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'Can't fail to see a politician dabbling in my beloved game!': Garry Kasparov clarifies his 'little joke' on Rahul Gandhi's chess skills
Image Credit: wikipedia.org/Rahul Gandhi Facebook page

'Can't fail to see a politician dabbling in my beloved game!': Garry Kasparov clarifies his 'little joke' on Rahul Gandhi's chess skills

| @indiablooms | 04 May 2024, 10:15 pm

New Delhi: Renowned Russian chess legend Garry Kasparov, whose light-hearted jibe at Congress leader Rahul Gandhi on Friday quickly garnered attention on social media.

In response to Congress MP Rahul Gandhi's claim of being the top chess player among Indian politicians, Kasparov jokingly quipped that Gandhi should "first win Rae Bareli before challenging for the top."

However, shortly after, the 61-year-old clarified that his remark was made in jest and should not be interpreted as political advocacy or expertise.

"I very much hope my little joke does not pass for advocacy or expertise in Indian politics! But as an 'all-seeing monster with 1000 eyes,' as I was once described, I cannot fail to see a politician dabbling in my beloved game!"Kasparov said.

Kasparov's response came following actor Ranvir Shorey's seemingly sarcastic comment about Gandhi's chess abilities.

The former world champion, who retired in 2005, reiterated his stance in responses to various other accounts that engaged with his original post.

The incident unfolded when a user on X (formerly Twitter) humorously expressed relief that Kasparov and Indian chess legend Viswanathan Anand retired early, thus avoiding facing "the greatest chess genius of our times".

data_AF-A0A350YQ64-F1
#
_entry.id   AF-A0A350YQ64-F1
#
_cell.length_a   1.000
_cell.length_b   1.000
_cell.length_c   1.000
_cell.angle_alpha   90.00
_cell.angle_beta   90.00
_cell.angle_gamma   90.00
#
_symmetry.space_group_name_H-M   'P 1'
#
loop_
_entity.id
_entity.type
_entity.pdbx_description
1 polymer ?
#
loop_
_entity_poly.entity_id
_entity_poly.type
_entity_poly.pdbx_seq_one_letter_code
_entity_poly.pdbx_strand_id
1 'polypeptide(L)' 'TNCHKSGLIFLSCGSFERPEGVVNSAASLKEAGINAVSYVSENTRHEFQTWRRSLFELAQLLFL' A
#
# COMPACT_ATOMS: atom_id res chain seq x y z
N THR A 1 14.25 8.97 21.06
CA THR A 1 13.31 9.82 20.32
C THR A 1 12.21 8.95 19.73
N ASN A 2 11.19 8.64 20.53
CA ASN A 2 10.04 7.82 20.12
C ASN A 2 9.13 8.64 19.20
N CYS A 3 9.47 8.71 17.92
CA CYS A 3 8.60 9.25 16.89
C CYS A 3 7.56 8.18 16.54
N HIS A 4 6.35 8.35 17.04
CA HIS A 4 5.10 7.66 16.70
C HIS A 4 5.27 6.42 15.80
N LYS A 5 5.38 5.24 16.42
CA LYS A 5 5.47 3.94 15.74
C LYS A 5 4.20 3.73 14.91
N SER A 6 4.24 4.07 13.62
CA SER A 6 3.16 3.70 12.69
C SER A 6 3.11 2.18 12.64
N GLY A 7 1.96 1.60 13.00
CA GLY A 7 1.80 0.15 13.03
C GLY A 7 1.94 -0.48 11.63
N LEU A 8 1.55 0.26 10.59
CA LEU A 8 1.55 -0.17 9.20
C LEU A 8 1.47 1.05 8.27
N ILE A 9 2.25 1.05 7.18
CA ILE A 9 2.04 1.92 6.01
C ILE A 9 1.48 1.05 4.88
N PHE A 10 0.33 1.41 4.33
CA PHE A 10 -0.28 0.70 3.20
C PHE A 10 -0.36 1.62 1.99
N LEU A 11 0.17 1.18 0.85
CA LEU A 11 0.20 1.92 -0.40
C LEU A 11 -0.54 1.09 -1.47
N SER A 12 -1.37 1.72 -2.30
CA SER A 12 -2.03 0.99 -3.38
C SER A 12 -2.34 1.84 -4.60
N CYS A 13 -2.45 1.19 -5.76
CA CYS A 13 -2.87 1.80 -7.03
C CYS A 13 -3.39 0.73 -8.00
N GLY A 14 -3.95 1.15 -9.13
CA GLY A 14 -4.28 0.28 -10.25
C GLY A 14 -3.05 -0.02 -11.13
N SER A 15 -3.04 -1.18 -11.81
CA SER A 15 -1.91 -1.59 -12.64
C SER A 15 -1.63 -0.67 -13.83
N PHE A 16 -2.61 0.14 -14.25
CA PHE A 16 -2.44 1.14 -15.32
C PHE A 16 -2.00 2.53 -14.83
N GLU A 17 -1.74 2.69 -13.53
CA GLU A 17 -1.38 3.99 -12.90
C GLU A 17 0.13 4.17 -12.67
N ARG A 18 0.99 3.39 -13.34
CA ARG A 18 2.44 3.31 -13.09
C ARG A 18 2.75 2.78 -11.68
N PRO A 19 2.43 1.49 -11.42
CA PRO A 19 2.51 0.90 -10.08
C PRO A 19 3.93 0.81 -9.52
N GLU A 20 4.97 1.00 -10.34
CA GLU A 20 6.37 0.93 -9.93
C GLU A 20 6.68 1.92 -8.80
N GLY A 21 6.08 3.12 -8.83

Kasparov, renowned for his outspoken criticism of Russian President Vladimir Putin and currently residing in Croatia, surprisingly replied to the post, asserting, "Traditional (sic) dictates that you should first win from Raebareli before challenging for the top."

In the Congress video, Gandhi described Kasparov as a "non-linear thinker" and drew parallels between chess and politics, suggesting that as one progresses in the game, the opponent's pieces start to function almost like one's own.

Gandhi, who recently filed his nomination from Rae Bareli in Uttar Pradesh and is also contesting from Wayanad, made these remarks.

Kasparov, a former world number one for a record 255 weeks, achieved the distinction of being the youngest-ever undisputed world champion at the age of 22 in 1985.

He has since turned into a political activist and is a contemporary of Indian chess legend Viswanathan Anand.

When 17-year-old D Gukesh surpassed Kasparov's record by becoming the youngest challenger to the world title after winning the Candidates Tournament in Toronto, Kasparov congratulated him on X, referring to Gukesh as "the Indian earthquake in Toronto."

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